NORMAN — Oklahoma’s Open Meetings Act has been a model for other states. It requires public bodies to post notices of meetings and have votes in public. Those elected and appointed officials who violate the law are subject to civil and criminal penalties.
It’s a rare occurrence when those officials are prosecuted. Warnings usually bring about better compliance, but in a few instances the public, and the press, have to enlist the district attorney to enforce the law. It’s not always a high priority, and charges are usually left unfiled.
Now, residents wishing to force bodies to comply with the Act’s provisions can bring suit and, if successful, have their costs paid. That will allow attorneys who will take cases on a “contingency” basis to be paid for their efforts.
Gov. Mary Fallin signed Senate Bill 1497 into law this week. Credit Sen. David Holt, R-Oklahoma City, and Rep. Elise Hall, R-Oklahoma City, for sponsoring the legislation.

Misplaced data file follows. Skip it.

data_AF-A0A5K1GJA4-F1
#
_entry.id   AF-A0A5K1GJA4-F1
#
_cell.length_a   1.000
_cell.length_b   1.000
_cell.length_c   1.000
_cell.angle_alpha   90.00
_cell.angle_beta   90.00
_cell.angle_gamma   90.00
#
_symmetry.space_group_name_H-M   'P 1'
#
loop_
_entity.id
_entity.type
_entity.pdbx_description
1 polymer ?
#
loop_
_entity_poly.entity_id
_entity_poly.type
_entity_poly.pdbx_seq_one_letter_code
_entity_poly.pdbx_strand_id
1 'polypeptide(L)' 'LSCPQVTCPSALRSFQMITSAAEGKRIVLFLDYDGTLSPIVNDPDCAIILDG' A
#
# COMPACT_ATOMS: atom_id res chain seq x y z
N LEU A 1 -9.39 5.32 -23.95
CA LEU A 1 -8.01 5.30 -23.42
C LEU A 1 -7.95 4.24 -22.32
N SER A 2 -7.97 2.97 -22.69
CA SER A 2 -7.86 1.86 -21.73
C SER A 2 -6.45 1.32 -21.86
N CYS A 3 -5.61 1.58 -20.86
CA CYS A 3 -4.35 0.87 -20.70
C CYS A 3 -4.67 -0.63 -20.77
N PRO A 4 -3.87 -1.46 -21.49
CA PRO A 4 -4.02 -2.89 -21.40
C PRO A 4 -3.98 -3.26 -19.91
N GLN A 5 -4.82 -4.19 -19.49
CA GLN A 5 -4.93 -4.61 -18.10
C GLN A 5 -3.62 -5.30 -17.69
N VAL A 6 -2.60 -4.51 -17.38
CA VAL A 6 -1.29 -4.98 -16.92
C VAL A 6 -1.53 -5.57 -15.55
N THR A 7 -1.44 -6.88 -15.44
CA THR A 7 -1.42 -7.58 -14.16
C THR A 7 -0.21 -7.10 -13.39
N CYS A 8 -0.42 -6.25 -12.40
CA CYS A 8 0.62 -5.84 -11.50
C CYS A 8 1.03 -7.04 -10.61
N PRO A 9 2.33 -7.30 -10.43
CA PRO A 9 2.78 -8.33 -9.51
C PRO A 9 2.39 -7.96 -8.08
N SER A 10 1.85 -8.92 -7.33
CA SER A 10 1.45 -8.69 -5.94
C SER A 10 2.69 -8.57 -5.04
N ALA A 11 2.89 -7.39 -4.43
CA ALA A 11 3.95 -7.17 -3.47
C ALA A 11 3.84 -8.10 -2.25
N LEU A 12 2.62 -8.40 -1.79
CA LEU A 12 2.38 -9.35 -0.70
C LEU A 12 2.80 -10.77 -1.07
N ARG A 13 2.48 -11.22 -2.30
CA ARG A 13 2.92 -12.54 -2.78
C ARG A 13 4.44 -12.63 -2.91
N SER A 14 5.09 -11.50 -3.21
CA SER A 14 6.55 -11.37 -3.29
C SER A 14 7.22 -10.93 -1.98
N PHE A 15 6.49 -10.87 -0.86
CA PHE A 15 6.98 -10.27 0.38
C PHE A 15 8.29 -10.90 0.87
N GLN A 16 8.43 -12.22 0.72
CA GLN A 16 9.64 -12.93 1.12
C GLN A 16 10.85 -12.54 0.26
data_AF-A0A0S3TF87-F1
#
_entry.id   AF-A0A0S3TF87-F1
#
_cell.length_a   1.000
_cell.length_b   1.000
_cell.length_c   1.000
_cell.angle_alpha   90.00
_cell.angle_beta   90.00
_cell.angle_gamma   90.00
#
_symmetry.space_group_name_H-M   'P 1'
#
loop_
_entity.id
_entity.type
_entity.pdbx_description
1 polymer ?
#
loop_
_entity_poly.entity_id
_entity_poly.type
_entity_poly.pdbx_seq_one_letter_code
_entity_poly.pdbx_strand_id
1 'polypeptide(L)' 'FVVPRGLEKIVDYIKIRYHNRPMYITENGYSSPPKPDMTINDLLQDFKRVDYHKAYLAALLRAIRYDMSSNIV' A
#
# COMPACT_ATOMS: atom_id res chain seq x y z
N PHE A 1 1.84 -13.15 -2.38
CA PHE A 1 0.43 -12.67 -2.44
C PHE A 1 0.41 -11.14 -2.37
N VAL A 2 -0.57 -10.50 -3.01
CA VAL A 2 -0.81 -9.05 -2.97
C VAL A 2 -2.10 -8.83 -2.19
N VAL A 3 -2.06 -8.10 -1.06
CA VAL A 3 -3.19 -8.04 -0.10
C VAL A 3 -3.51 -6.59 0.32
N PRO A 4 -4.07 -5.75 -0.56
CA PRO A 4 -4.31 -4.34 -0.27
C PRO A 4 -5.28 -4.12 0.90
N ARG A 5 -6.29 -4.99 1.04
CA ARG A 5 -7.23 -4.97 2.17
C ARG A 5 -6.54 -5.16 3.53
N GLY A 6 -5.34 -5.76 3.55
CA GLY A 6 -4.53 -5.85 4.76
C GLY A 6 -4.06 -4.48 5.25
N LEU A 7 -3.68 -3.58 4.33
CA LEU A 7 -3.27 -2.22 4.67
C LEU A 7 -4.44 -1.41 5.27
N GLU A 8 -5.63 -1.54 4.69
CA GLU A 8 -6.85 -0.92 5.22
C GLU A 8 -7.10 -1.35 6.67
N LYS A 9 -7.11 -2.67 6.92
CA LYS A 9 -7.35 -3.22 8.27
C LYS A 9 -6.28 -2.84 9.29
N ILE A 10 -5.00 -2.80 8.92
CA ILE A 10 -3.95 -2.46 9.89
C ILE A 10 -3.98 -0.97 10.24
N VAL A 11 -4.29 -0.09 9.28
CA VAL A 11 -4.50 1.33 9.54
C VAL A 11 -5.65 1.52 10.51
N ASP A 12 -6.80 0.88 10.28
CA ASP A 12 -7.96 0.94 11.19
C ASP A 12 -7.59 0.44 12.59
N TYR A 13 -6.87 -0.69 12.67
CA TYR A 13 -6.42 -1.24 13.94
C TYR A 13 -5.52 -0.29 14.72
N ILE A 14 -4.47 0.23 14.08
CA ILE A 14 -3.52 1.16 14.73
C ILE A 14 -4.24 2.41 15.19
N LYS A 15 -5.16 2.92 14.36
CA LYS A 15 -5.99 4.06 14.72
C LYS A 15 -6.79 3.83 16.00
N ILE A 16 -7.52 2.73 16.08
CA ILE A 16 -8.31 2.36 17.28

“The Open Meetings Act is critically important to maintaining a transparent and accountable government, but the No. 1 complaint about it has been the inability to enforce it,” Holt said in a state press release. “This legislation addresses that enforcement problem, and that’s why SB 1497 is one of the most significant transparency bills in recent memory.”
The measure takes effect Nov. 1 and puts some teeth in the Open Meetings Act. It won’t bring big headlines, but it could be a game changer for the press and residents seeking compliance with the Open Meetings Act.
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